June 7 (UPI) -- Scientists have long struggled to understand how different types of silica, which require distinction formation conditions, are commonly found in the same meteorite.
Thanks to PETRA III, the X-ray light accelerator at DESY, the German research facilities, scientists finally have some answers.
Researchers used high-pressure experiments to better understand the conditions under which different types of quartz minerals form.
The mineral silicon dioxide, or cristobalite, is rare on Earth, but is common in meteorites sourced from the moon and Mars. It is only formed under unique, high-temperature conditions.
In many moon and Mars meteorite fragments found on Earth, scientists have discovered cristobalite coexisting with seifertite, another form of silica. Seifertite only forms under extremely high pressures.
"Finding cristobalite and seifertite in the same grain of meteorite material is enigmatic, as they form under vastly different pressures and temperatures," Leonid Dubrovinsky, a planetary scientist at the University of Bayreuth, said in a news release. "Triggered by this curious observation, the behavior of cristobalite at high-pressures has been examined by numerous experimental and theoretical studies for more than two decades, but the puzzle could not be solved."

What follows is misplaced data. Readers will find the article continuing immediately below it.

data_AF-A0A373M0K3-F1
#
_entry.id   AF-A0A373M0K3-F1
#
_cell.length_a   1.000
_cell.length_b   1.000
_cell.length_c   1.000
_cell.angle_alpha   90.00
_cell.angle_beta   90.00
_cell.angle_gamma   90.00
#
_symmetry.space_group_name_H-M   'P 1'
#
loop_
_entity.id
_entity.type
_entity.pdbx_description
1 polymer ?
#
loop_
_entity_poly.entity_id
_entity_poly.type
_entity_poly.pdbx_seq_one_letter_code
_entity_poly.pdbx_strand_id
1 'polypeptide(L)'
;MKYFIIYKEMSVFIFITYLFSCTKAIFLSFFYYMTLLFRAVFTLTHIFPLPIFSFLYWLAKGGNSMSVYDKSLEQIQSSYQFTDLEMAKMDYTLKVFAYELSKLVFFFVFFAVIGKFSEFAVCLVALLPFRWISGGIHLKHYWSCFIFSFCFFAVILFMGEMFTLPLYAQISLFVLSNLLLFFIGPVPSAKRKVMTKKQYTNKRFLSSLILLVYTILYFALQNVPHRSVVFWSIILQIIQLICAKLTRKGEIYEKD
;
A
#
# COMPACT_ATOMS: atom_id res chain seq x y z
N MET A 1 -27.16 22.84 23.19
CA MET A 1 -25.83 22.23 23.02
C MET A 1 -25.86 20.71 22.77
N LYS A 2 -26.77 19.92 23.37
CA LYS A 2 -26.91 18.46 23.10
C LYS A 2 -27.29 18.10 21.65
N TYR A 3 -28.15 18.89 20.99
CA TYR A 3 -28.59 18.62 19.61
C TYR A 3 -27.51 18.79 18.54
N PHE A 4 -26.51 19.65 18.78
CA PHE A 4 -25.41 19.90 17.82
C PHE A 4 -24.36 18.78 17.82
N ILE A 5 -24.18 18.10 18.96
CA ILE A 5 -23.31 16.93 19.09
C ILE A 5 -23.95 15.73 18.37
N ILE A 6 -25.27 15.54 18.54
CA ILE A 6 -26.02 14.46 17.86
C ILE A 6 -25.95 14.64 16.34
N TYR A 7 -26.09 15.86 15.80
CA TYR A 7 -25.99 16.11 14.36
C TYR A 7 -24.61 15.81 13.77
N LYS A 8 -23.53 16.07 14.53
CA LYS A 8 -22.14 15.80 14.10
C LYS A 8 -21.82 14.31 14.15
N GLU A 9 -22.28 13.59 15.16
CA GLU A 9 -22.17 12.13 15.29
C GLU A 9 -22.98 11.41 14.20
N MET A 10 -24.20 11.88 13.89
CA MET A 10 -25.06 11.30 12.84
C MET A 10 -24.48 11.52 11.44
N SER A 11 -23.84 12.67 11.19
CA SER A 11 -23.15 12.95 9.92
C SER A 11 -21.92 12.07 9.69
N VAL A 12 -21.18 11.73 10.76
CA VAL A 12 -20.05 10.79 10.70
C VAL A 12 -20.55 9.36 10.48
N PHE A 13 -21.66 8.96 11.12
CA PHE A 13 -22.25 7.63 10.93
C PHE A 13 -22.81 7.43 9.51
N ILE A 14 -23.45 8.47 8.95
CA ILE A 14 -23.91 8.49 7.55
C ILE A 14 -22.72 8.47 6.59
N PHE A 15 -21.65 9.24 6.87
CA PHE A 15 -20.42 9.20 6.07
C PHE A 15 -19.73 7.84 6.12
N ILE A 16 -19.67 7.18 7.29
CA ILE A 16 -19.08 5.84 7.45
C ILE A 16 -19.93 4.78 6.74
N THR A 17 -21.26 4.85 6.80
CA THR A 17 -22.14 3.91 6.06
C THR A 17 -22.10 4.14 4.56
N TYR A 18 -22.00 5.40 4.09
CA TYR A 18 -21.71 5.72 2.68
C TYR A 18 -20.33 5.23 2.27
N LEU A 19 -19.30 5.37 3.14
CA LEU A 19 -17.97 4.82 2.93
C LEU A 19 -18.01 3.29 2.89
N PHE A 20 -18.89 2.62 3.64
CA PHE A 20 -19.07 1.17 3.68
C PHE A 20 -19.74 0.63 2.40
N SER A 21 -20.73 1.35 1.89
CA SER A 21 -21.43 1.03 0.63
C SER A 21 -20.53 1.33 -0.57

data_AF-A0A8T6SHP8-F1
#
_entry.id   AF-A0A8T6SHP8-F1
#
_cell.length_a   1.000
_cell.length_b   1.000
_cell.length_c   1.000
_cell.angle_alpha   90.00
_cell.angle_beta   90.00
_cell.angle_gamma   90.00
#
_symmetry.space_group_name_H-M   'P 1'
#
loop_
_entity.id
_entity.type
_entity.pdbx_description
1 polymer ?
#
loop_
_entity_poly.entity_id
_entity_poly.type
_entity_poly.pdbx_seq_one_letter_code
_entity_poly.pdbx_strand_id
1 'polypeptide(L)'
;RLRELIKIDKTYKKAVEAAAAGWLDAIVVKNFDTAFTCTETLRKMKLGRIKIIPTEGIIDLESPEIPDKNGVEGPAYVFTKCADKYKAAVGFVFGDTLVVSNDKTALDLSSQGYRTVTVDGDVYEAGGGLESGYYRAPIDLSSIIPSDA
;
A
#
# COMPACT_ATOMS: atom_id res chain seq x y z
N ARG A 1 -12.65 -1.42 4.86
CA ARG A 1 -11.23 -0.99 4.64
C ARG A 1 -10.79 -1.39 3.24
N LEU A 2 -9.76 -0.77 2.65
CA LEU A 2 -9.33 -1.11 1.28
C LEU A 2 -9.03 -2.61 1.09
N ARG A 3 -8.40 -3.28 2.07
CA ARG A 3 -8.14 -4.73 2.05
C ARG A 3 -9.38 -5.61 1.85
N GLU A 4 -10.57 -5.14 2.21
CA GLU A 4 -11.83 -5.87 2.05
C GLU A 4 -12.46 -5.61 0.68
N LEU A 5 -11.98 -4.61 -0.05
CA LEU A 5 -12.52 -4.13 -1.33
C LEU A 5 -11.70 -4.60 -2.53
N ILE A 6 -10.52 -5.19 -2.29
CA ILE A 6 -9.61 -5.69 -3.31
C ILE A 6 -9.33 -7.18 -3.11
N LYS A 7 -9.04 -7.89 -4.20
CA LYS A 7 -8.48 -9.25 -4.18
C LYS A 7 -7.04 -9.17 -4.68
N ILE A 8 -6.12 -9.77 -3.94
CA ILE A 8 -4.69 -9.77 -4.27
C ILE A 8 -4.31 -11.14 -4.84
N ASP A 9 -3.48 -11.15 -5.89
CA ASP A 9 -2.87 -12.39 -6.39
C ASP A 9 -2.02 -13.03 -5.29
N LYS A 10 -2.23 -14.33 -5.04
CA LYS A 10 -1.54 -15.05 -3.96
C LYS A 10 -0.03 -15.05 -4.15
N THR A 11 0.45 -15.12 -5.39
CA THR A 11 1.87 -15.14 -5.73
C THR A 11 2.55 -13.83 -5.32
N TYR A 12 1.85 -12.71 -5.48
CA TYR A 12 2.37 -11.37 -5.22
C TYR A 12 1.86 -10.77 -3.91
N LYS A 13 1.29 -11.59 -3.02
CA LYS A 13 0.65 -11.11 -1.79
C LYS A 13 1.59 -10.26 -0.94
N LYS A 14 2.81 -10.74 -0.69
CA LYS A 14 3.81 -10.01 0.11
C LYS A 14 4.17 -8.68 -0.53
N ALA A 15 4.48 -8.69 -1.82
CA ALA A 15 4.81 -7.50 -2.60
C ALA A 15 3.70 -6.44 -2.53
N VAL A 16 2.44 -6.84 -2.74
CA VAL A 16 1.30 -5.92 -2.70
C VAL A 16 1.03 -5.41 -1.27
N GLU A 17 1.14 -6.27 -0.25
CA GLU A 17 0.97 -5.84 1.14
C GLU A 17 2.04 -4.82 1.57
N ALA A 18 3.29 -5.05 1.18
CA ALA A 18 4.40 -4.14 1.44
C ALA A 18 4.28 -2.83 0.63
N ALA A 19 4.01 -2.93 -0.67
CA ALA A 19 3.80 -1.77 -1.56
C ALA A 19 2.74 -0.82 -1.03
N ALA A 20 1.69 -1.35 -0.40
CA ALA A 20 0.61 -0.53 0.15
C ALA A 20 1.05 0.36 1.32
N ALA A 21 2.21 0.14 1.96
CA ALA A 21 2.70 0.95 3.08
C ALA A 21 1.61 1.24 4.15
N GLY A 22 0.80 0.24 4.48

X-ray accelerators at DESY allowed researchers to observe the behavior of cristobalite under extreme pressure with unprecedented clarity. The images suggest the mineral adopts a new phase while subjected to high pressures, but reverts to its normal form once the pressure is released.
However, if extreme pressures are exerted unevenly, researchers found cristobalite can be transformed into seifertite. The experiments also showed the conversion of cristobalite to seifertite can occur at much lower pressures than is required for the transformation of basic silica into seifertite.
"Our study clarifies how squeezed cristobalite can transform into seifertite at much lower pressure than expected," said researcher Ana Černok, who know works at Open University. "Therefore, meteorites that contain seifertite associated with cristobalite have not necessarily experienced massive impacts."
The findings -- detailed in the journal Nature Communications -- suggest scientist must reconsider their analysis of meteorites and their assumptions about the types of impacts that yielded them.
"They provide clear evidence that neither cristobalite nor seifertite should be considered as reliable tracers of the peak shock conditions experienced by meteorites," Dubrovinsky said.